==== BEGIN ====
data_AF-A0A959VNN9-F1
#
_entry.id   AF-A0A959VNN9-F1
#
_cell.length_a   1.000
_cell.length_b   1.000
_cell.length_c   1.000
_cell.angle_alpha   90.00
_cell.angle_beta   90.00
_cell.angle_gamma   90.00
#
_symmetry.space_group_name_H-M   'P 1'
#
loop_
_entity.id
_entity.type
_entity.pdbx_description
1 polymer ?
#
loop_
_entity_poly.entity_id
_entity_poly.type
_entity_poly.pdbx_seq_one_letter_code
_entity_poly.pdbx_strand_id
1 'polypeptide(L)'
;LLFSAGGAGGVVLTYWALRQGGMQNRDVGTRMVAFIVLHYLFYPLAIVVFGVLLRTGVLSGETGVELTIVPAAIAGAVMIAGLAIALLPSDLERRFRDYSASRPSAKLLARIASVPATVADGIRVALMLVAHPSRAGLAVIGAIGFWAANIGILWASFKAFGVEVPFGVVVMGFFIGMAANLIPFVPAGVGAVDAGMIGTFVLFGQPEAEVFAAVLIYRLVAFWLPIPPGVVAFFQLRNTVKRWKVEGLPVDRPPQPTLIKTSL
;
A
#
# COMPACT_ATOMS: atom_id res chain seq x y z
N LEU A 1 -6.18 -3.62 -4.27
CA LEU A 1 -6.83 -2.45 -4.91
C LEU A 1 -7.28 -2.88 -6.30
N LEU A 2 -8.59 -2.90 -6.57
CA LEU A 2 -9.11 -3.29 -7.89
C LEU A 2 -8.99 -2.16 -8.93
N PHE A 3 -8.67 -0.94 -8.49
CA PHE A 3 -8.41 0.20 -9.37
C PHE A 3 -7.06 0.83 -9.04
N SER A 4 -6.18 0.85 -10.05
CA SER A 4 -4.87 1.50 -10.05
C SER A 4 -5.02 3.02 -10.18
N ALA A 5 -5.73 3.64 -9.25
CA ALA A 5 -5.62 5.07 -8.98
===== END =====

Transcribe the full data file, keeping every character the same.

data_AF-A0A959VNN9-F1
#
_entry.id   AF-A0A959VNN9-F1
#
_cell.length_a   1.000
_cell.length_b   1.000
_cell.length_c   1.000
_cell.angle_alpha   90.00
_cell.angle_beta   90.00
_cell.angle_gamma   90.00
#
_symmetry.space_group_name_H-M   'P 1'
#
loop_
_entity.id
_entity.type
_entity.pdbx_description
1 polymer ?
#
loop_
_entity_poly.entity_id
_entity_poly.type
_entity_poly.pdbx_seq_one_letter_code
_entity_poly.pdbx_strand_id
1 'polypeptide(L)'
;LLFSAGGAGGVVLTYWALRQGGMQNRDVGTRMVAFIVLHYLFYPLAIVVFGVLLRTGVLSGETGVELTIVPAAIAGAVMIAGLAIALLPSDLERRFRDYSASRPSAKLLARIASVPATVADGIRVALMLVAHPSRAGLAVIGAIGFWAANIGILWASFKAFGVEVPFGVVVMGFFIGMAANLIPFVPAGVGAVDAGMIGTFVLFGQPEAEVFAAVLIYRLVAFWLPIPPGVVAFFQLRNTVKRWKVEGLPVDRPPQPTLIKTSL
;
A
#
# COMPACT_ATOMS: atom_id res chain seq x y z
N LEU A 1 -6.18 -3.62 -4.27
CA LEU A 1 -6.83 -2.45 -4.91
C LEU A 1 -7.28 -2.88 -6.30
N LEU A 2 -8.59 -2.90 -6.57
CA LEU A 2 -9.11 -3.29 -7.89
C LEU A 2 -8.99 -2.16 -8.93
N PHE A 3 -8.67 -0.94 -8.49
CA PHE A 3 -8.41 0.20 -9.37
C PHE A 3 -7.06 0.83 -9.04
N SER A 4 -6.18 0.85 -10.05
CA SER A 4 -4.87 1.50 -10.05
C SER A 4 -5.02 3.02 -10.18
N ALA A 5 -5.73 3.64 -9.25
CA ALA A 5 -5.62 5.07 -8.98